Purchased Price: $2.00 (on sale)
Size: 9.5 oz bag
Purchased at: Harris Teeter
Rating: 4 out of 10
Pros: Not detestable in an OH THE HUMANITY kind of way. Classic Lay’s crispiness. Decently snackable when eaten in droves.
Cons: Cappuccino flavor is way too authentic for a potato chip. Bitterness. Out of body snacking experiences. Lacks salty-sweet synergy. Does not affirm the desire to live dangerously.

REVIEW: Pillsbury Melts S’more Sensation Filled Cookies

Pillsbury Melts S’more Sensation Filled Cookies

The Pillsbury Doughboy sat back in his recliner, grimaced, and with his finger placed on the trans-fat laden rolls on his triple chin, proceeded to take up a position of pondering. It had not been a very promising summer in the mass-produced, ready-to-bake sweets business.

Not only had his brother, the Michelin Man, begun a diet eschewing Grands biscuits and cinnamon rolls in favor of Eggo S’mores, pancakes, and Krave S’mores cereal, but preliminary second quarter reports showed a bottoming out of his cookie sales, with the culprit identified as a new cookie flavor developed by those damn elves at Keebler.

If that weren’t bad enough, he had spent the last month with a nonsensical ditty stuck in his head, something about “some more for you and some more for me,” that managed to give him an inexplicable urge to get some ice cream.

That was when it occurred to him; he, master of sweets and lover of all things giggly and ticklish, was late to the party. Suddenly seized with the same innovative spirit of Dr. Emmett Brown following a nasty spill on the toilet seat, he set off to develop a s’mores-inspired treat that would outdo any packaged Keebler cookie or Dairy Queen Blizzard with an annoyingly melodic theme song.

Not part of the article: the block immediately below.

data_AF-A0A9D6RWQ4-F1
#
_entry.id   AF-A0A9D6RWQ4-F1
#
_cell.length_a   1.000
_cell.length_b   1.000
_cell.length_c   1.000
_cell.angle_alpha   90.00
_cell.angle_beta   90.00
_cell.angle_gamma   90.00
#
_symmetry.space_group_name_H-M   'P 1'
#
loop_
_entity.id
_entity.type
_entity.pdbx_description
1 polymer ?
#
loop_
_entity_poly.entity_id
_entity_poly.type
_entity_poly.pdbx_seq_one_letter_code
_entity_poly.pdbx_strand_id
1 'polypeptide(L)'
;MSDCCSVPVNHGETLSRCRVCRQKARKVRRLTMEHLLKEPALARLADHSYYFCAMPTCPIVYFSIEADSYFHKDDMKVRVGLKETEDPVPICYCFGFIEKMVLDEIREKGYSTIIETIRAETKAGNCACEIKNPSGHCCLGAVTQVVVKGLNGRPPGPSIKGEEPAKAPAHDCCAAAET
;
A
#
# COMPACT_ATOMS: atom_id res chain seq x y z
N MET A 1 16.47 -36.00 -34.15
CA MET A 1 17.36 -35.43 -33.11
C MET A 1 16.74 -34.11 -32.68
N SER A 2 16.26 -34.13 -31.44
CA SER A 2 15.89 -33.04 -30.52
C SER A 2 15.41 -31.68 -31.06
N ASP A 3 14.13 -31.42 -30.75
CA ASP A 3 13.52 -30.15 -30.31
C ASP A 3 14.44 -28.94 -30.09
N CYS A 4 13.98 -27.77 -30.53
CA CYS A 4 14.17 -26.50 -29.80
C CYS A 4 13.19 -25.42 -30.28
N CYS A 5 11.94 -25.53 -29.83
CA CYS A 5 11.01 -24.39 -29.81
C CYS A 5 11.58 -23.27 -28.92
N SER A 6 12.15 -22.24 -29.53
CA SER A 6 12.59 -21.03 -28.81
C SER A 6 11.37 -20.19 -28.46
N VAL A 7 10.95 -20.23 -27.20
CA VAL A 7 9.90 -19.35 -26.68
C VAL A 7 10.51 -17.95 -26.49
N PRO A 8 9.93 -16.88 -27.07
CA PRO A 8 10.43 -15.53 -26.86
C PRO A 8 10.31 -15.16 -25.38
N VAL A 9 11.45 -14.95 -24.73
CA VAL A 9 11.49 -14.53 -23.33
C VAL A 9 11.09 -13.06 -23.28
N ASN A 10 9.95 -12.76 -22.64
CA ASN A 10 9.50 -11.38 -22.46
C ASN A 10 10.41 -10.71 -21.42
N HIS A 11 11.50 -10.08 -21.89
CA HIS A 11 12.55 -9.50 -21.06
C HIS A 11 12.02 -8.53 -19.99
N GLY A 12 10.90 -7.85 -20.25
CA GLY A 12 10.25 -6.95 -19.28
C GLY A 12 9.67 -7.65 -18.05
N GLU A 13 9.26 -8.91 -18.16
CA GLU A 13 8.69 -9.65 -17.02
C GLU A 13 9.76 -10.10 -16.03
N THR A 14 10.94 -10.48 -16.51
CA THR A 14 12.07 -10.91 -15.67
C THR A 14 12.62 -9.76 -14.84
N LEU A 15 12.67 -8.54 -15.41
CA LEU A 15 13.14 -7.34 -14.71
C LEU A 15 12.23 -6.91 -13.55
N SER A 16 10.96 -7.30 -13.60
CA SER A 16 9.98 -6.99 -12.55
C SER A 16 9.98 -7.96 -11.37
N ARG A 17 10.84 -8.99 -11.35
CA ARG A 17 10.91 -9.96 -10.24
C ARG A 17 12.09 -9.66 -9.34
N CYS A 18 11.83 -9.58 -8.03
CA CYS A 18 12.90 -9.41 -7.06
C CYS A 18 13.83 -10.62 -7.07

Pillsbury Melts S’more Sensation Filled Cookies Before

I speak, of course, of the new Pillsbury Melts S’more Sensation Filled Cookies. Some people look down upon ready-to-bake cookies, but I am not one of those people. Like any Pinterest browsing cookie fanatic who has never quite mastered the creaming method, I appreciate the dummy-proof nature of a 350 degree oven and 11 to 15 minutes of my time. I also get off on breaking rules like “Do Not Eat Raw Cookie Dough,” but that’s a completely different and much more frightening story.

Pillsbury Melts S’more Sensation Filled Cookies Baked

In any case, the adorable, square-ish cookies are delicious. There’s little to no graham flavor to speak of, but you’ll hardly notice thanks to the winning combination of that classic chocolate chip cookie taste and the oooey-gooey marshmallow filling, which bursts out in an abundant river obstructed only by crunchy semi-sweet chocolate chips and a light, brown-sugar crumb that’s altogether crispy on the cookie’s edges. It’s this winning texture of crunchy edges and super-moist filling which makes eating a single cookie a mathematical impossibility, while a liberal dose of the hyper-sweet chocolate icing provides an extra punch of cocoa flavor reminiscent of Hershey’s syrup.

Pillsbury Melts S’more Sensation Filled Cookies Closeup